Jeremy Hutton’s production of King Lear playing at the Hart House Theatre is a beautiful epic theatrical event. The first few moments of the production play like a movie with fascinating lighting effects (designed by Joshua Hind) and an intense soundscape (designed by Jason Browning) so aesthetically stunning you won’t want to blink in fear of missing a moment.
In Lear, Shakespeare’s characters are deeply embedded in an unsettled world where uncertainty leads to terror, which ultimately leads to death. The fear creates the illusion of blind madness where the innocent appear guilty, the politics are saturated in lies, and webs of deceit and betrayal are woven to preserve self-interest, wealth, power and land. The choice of play seems pertinent given the instability of our own political situation and that of our neighbors to the south.
Hutton’s direction is beautiful and exciting and the fight choreography by Jeremy Hutton and Christopher Mott is as captivating and exhilarating as a scene in a film. There is a particularly horrifying scene involving Cornwall (Philip Lortie) and Gloucester (Thomas Gough) which combines intelligent, crisp, simple staging with a crowd of servants reacting with extreme revulsion that sends shivers down the spine. Hutton may overuse his fun lighting effects slightly, as at times it does seem as though he is divorcing the character’s aside thoughts too much from the rest of the play. However, the lighting design works well to suggest this unstable world, and the disconnect between reality, and the skewed perceptions festering within the characters’ minds.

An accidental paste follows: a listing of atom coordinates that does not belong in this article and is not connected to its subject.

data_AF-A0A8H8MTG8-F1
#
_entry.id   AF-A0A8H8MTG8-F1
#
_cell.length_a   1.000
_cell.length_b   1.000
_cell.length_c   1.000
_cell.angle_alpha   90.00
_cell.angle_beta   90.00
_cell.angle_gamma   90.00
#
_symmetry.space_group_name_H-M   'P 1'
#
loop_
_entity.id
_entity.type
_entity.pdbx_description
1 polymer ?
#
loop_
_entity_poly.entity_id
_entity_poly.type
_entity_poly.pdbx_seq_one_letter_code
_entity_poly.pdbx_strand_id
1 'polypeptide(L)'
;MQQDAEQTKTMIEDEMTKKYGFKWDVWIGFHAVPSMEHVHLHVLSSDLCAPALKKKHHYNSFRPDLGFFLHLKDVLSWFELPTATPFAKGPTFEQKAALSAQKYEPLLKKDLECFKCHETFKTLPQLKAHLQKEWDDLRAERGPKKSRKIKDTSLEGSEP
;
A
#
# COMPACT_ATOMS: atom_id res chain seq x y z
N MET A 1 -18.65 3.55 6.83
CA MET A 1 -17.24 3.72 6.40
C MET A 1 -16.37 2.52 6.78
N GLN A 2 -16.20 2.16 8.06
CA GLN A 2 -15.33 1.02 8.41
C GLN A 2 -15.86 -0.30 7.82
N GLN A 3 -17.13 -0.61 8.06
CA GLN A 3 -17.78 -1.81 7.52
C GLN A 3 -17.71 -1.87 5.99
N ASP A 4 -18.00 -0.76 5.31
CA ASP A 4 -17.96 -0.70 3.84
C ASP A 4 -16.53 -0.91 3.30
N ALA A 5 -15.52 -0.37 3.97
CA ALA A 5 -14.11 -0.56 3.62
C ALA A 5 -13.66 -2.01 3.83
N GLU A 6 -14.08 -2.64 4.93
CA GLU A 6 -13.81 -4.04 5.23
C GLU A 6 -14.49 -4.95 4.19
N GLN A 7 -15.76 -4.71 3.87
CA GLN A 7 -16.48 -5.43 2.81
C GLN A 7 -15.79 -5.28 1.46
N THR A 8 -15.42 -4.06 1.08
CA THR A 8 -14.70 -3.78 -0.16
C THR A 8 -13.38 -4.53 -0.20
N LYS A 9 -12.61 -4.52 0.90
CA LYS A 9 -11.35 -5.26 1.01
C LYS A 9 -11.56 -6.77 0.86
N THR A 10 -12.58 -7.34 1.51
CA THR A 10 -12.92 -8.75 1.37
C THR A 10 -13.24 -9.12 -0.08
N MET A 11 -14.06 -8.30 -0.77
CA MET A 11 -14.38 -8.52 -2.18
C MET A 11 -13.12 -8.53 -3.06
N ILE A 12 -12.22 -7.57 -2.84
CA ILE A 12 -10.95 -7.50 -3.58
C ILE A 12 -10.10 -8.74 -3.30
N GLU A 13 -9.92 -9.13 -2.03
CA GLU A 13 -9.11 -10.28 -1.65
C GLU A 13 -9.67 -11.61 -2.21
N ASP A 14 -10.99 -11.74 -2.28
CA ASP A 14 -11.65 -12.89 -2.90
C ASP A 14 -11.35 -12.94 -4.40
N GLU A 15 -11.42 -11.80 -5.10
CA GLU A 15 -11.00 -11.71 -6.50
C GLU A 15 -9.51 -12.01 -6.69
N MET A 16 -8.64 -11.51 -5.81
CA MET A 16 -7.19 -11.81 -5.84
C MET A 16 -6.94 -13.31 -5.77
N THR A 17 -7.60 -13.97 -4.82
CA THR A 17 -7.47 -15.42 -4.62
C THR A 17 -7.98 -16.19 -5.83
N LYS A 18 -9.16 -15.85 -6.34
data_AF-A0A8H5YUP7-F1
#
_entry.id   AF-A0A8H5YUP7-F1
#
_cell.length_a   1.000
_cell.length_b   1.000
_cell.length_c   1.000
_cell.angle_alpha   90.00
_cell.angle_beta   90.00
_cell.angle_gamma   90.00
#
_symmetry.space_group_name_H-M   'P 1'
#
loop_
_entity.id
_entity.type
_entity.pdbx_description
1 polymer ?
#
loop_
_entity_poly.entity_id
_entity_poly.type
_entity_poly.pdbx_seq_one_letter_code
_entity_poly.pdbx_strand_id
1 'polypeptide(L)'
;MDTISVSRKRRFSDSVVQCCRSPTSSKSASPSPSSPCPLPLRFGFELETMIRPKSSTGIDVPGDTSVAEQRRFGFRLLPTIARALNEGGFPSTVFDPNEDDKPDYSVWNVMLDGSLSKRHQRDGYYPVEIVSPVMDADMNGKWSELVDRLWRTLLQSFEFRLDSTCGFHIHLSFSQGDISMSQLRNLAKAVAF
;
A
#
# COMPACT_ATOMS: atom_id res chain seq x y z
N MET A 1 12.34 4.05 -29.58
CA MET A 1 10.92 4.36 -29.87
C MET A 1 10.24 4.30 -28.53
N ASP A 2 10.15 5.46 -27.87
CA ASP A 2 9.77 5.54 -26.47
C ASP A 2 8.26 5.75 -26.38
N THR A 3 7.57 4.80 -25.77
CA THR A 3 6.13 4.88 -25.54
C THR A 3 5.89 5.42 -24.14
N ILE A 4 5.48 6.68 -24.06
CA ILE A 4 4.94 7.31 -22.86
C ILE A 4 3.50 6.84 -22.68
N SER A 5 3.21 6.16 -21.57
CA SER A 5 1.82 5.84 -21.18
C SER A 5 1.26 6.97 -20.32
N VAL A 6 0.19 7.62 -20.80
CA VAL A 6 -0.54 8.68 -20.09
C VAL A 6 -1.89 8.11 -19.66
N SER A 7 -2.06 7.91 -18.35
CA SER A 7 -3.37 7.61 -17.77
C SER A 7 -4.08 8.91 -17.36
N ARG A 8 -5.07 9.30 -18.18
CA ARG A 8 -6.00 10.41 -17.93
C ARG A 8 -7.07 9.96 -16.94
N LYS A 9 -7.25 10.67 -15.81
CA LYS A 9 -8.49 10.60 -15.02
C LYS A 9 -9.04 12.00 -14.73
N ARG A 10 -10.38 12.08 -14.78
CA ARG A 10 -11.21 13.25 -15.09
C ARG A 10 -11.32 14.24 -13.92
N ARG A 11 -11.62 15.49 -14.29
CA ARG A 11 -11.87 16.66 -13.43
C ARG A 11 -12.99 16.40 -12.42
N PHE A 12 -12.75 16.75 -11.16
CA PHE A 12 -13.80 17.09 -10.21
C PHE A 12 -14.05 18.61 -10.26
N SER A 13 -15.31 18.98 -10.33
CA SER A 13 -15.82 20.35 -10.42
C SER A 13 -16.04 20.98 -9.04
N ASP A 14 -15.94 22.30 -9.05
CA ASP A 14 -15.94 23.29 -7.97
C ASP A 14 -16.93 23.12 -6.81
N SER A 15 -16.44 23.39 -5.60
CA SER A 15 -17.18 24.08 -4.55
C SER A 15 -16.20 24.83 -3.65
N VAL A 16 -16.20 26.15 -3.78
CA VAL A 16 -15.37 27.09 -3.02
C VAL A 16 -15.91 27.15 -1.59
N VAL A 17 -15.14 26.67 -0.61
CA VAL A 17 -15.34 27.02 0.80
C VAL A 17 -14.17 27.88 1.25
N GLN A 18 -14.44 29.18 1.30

The performances in this production are so rich, and the lines are spoken with such clarity that one is able to really appreciate how gifted William Shakespeare was with words rather than feeling alienated, overloaded with pretentiousness, or awkward about actors stumbling over iambic pentameter. Some standouts include Lada Darewych, who plays the cold as ice Goneril without a hint of mercy, Will O’Hare who infuses the play with broad much-needed humor that remains within the realm of Jacobean fools and the traditions of carnival and Neil Silcox who infuses Edgar with a rich emotional journey from confusion to feigned-madness to anguish and despair. Benjamin Blais is deliciously wicked as Edmund, the young bastard son, who continually repels the audience’s inclination toward sympathy or pity, while slyly defying them not to enjoy his villainy. Thomas Gough is perfection as Gloucester; his performance is stunning and at times breathtaking, and it is balanced beautifully by the phenomenal portrayal of King Lear by the brilliant Peter Higginson. Higginson was born to play this role and I feel truly lucky to have been there to witness his performance.
King Lear is a story about the madmen leading the blind, where none but the fool speaks true. In honor of the fool, the player- the actor- who dares to speak truth amid the blindness and madness in the world, support Hart House Theatre and feast your eyes on a truly terrific production.
King Lear plays at Hart House Theatre until October 18th, 2008. 7 Hart House Circle. Toronto, Ontario. 416 978-8849 or visit http://www.harthousetheatre.ca/.